- Sprint's previously high end tablet computing device available for sale was the Samsung Galaxy Tab 10.1. Considering that Samsung infringed on Apple's patents, this would be a way to stick it to Samsung.
- Sprint has reported a higher linked quarter connected devices customer growth rate than AT&T in Q1 2012 and Q2 2012 even though AT&T has the iPad.
Source: Sprint's last two quarterly earnings releases
Research in Motion finally joined the tablet computing party in 2011 with the introduction of its BlackBerry Playbook tablet computing device. Sales have been pedestrian since the Playbook was launched and the only time the company sold more than 300K in a quarter was during Q1 2012 and Q4 2012 (500K in those quarters). Despite the fact that the BlackBerry Playbook 4G LTE was released in the most recent quarter, total Playbook sales were only 130K during the quarter. None of the four major carriers carry the Playbook for sale.
Source: Research In Motion's last six earnings releases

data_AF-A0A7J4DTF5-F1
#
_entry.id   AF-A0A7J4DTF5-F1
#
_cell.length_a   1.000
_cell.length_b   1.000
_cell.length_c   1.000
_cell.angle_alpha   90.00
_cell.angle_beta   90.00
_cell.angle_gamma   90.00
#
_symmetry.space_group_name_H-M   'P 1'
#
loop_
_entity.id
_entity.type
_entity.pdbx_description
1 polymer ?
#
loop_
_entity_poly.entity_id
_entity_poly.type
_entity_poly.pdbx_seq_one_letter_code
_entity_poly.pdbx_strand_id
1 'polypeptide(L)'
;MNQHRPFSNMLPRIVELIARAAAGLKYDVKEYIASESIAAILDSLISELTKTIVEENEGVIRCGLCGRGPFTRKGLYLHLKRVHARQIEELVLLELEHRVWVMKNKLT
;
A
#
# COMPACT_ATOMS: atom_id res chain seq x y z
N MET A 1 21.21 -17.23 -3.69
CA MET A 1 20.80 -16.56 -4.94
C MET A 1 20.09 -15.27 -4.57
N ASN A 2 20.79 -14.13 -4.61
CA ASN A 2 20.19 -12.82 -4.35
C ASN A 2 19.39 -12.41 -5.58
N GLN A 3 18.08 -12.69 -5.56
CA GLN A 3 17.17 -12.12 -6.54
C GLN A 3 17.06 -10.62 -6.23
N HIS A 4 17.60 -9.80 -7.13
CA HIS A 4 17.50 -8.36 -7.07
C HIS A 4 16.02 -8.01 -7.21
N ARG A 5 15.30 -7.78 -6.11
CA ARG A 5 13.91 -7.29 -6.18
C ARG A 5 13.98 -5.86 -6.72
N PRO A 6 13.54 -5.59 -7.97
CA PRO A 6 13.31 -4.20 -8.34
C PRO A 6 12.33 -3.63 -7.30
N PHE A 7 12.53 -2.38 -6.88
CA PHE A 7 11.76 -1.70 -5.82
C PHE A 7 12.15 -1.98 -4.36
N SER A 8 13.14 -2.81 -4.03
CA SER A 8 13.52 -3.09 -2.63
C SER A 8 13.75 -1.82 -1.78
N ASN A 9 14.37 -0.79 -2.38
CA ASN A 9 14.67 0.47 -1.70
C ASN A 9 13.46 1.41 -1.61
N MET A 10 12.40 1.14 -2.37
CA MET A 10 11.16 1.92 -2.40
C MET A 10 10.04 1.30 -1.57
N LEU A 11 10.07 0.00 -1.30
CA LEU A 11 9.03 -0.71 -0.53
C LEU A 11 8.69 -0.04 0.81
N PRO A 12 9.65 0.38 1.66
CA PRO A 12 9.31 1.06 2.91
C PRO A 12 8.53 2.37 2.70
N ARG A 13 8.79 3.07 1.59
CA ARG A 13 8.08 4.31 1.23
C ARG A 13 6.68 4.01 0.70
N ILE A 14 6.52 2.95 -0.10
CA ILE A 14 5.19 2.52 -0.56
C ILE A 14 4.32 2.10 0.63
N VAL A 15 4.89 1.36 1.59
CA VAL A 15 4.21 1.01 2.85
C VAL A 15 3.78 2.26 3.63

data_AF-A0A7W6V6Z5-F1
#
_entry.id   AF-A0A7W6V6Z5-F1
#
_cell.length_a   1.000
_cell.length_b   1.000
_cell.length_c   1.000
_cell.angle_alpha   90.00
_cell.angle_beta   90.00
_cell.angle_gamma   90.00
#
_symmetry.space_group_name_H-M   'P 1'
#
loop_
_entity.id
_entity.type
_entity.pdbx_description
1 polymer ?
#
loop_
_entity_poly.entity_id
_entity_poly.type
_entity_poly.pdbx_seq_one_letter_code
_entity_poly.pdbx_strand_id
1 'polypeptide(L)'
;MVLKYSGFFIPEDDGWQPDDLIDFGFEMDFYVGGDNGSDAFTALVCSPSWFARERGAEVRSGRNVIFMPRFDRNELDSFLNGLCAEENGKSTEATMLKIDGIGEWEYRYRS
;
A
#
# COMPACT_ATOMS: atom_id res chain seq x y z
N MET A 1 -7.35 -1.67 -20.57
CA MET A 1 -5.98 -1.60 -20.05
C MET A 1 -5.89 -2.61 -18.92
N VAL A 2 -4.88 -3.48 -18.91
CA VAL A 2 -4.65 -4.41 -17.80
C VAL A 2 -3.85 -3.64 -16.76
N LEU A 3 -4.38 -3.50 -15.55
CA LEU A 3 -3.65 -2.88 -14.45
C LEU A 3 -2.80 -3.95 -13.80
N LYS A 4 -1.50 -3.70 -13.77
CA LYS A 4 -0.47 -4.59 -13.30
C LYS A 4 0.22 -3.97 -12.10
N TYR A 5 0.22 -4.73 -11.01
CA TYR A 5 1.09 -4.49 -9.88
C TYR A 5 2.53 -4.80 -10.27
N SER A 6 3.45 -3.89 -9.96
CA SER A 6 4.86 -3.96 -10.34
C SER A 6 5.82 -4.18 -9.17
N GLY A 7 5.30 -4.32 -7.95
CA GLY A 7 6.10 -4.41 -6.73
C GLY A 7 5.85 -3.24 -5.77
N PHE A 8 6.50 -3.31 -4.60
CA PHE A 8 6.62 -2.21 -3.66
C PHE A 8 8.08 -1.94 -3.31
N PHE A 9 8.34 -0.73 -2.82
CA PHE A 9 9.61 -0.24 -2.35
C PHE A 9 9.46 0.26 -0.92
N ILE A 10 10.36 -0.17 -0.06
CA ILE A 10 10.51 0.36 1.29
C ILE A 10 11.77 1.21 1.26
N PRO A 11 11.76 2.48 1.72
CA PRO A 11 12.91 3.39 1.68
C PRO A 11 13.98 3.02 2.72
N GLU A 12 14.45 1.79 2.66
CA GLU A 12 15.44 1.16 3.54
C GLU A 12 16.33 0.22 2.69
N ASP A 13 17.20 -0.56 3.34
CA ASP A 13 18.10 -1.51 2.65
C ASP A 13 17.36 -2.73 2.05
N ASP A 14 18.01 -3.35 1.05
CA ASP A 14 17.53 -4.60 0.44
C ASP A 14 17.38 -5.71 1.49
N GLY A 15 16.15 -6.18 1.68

Cash Flows: Despite ramping up capital expenditures in 2011 and 2012 as part of its Network Vision transformation, Sprint had a small free cash flow deficit of (-$37M) in 2011 and positive free cash flow of $10M in Q1 2012 and $199M in Q2 2012. RIM had a free cash flow deficit of $433M in FY 2012 and it actually had positive free cash flow of $169M in Q1 2013 but only $84M in Q2 2013. RIM's operating cash flow in Q1 2013 collapsed by 31% versus Q1 2012. While RIM has had more FCFs in the last 6 months than Sprint, we take into account the fact that Sprint is increasing its capital investment spending while RIM has slashed its capital investment spending in order to conserve cash. We also expect Sprint's free cash flows to increase after 2013 once it completes the Network Vision project and shuts down the Nextel iDEN network. We see two ways that Sprint will see increased cash flows from the completion of Network Vision. The first way is through capital spending that is stable or lower in 2014 and afterwards and that the Network vision project is expected to save Sprint $1-$2B in annual operating expenses, which it can use to bolster profits and to reinvest in promotional activity to improve its competitive position against AT&T and Verizon.